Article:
The Resilience You Built This Year
by Madeline Vann, NCC, M.Ed. at White Cloud Therapeutic Services
Has anyone told you today that you are resilient? Well, let me be the first. You’re resilient – and so is everyone reading this. How do I know?
First of all, a definition – resilience is, in brief, the ability to bounce back after something unpleasant, tragic, unwanted or grueling has happened. It’s the ability to roll with the punches and come up fighting.
I think that as we come to the end of this pandemic school year of 2020-2021, we can claim resilience. That doesn’t rule out that we may also be exhausted, sad, lonely, angry, and facing (perhaps) the challenge of overcoming some habits, such as addiction or disordered eating, that cropped up over the past year.
You can have all of that, and also take a moment to appreciate whatever it is that makes you uniquely resilient. It’s actually vital that we have this conversation with ourselves, our partners, and the young people in our lives. The resiliency factors you identify now can be carried forwards, like tools in a toolbox, and used again and again in difficult situations. Building and noticing resilience can help buffer against the impact of trauma and loss.
Here are a few of the resilience factors I am seeing right now, which will serve all of us well moving forward:
– Flexibility. We all had to pivot and try new things, which is going to be a valuable practice in the future. Adapting to new ways of working and learning will always be a valuable tool in the toolkit!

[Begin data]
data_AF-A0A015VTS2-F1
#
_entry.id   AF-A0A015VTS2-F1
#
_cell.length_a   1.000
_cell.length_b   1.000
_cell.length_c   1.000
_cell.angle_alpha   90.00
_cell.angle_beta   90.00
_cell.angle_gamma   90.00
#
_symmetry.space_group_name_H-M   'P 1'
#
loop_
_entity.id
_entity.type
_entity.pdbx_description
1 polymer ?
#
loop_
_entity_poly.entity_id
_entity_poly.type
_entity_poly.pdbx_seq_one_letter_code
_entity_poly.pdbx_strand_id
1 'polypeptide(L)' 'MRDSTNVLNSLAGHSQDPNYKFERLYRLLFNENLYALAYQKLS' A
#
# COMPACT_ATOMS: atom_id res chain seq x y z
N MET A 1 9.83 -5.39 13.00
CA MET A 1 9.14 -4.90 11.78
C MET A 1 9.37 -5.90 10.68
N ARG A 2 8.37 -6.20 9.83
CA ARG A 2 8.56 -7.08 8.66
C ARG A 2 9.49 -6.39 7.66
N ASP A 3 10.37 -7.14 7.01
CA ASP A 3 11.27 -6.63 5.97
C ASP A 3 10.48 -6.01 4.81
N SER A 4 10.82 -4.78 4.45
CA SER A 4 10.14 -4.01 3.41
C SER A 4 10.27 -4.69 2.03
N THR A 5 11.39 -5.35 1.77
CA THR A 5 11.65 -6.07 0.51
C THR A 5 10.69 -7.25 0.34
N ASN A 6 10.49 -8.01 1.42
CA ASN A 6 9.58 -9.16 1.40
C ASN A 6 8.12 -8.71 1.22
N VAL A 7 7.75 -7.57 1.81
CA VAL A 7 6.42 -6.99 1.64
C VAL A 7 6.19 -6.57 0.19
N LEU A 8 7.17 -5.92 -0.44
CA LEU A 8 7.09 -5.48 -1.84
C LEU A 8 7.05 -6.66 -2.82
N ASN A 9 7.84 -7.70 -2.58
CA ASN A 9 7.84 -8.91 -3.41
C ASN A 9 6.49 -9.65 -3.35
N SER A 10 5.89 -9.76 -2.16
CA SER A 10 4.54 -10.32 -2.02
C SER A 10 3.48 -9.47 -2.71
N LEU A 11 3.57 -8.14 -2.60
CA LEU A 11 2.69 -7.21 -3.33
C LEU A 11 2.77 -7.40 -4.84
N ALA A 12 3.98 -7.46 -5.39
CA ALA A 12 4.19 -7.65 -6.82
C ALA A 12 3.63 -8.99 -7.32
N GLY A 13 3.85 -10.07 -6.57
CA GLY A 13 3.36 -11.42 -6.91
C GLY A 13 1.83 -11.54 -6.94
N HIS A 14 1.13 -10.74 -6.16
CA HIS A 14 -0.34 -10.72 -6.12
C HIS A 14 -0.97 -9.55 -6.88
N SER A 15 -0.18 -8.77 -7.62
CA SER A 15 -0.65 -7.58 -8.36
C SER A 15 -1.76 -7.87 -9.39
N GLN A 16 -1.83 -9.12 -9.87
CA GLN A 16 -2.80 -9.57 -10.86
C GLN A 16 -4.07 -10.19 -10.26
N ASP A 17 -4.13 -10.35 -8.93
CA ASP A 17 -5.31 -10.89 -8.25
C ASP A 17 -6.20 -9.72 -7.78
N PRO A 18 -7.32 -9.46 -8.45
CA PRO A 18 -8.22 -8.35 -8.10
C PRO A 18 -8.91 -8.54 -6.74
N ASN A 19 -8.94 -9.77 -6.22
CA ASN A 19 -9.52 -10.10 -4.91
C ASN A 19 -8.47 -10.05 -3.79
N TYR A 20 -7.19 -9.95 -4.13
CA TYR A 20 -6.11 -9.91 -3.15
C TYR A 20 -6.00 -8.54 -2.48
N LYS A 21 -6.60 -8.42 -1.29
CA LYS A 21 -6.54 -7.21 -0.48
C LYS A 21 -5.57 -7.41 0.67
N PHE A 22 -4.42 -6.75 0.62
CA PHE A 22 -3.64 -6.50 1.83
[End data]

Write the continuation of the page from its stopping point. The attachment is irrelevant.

– Learning new things. Many people took advantage of the past year to learn a new hobby or skill, whether for pleasure or out of necessity.
– Exploring cultural heritage. Learning more about your family and your roots, and reconnecting with extended family, all boosts resiliency.
– Building nurturing connections. We know that children and teens who have at least one nurturing adult in their lives fare better than those who do not – and all of us benefit from connection. Hopefully you’ve been able to deepen relationships over this past year. For many, however, the importance of relationships is one of the takeaway lessons, because there were so few relationships available.
Here I am telling you about your resilience – and also encouraging you to get counseling. A good counselor can help you identify your strengths and resiliencies – and help you grieve. A good counselor can help you and your partner or family celebrate what is working well – and help you improve the things that are hard. A good counselor can be a listening ear in a safe, confidential space as you process everything you’ve just been through. A good counselor can help you unpack the impacts of past trauma, losses, addictions and regrets – so you can build the life you want.
For information about appointments, please contact White Cloud Therapeutic Services, LLC, at 757-503-7917. To learn more about all our clinicians and services, visit www.whitecloudtherapy.com
Article was written and sponsored by Madeline Vann, NCC, M.Ed. at White Cloud Therapeutic Services